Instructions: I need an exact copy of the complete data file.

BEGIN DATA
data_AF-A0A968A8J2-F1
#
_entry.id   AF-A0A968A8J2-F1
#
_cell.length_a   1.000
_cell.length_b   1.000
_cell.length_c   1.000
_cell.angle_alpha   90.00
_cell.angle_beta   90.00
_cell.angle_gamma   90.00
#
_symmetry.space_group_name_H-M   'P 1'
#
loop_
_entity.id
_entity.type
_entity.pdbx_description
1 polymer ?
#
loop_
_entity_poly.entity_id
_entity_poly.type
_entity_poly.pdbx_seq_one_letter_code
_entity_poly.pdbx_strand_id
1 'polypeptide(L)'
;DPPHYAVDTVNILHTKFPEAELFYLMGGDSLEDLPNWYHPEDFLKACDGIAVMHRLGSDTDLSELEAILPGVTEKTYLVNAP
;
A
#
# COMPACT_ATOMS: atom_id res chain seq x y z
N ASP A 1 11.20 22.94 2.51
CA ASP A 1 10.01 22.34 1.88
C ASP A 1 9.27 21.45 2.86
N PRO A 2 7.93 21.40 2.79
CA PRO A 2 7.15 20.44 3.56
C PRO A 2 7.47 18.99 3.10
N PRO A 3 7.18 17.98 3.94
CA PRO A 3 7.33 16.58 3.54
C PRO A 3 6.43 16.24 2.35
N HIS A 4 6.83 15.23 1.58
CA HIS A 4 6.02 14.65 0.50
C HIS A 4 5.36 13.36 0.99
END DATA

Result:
data_AF-A0A968A8J2-F1
#
_entry.id   AF-A0A968A8J2-F1
#
_cell.length_a   1.000
_cell.length_b   1.000
_cell.length_c   1.000
_cell.angle_alpha   90.00
_cell.angle_beta   90.00
_cell.angle_gamma   90.00
#
_symmetry.space_group_name_H-M   'P 1'
#
loop_
_entity.id
_entity.type
_entity.pdbx_description
1 polymer ?
#
loop_
_entity_poly.entity_id
_entity_poly.type
_entity_poly.pdbx_seq_one_letter_code
_entity_poly.pdbx_strand_id
1 'polypeptide(L)'
;DPPHYAVDTVNILHTKFPEAELFYLMGGDSLEDLPNWYHPEDFLKACDGIAVMHRLGSDTDLSELEAILPGVTEKTYLVNAP
;
A
#
# COMPACT_ATOMS: atom_id res chain seq x y z
N ASP A 1 11.20 22.94 2.51
CA ASP A 1 10.01 22.34 1.88
C ASP A 1 9.27 21.45 2.86
N PRO A 2 7.93 21.40 2.79
CA PRO A 2 7.15 20.44 3.56
C PRO A 2 7.47 18.99 3.10
N PRO A 3 7.18 17.98 3.94
CA PRO A 3 7.33 16.58 3.54
C PRO A 3 6.43 16.24 2.35
N HIS A 4 6.83 15.23 1.58
CA HIS A 4 6.02 14.65 0.50
C HIS A 4 5.36 13.36 0.99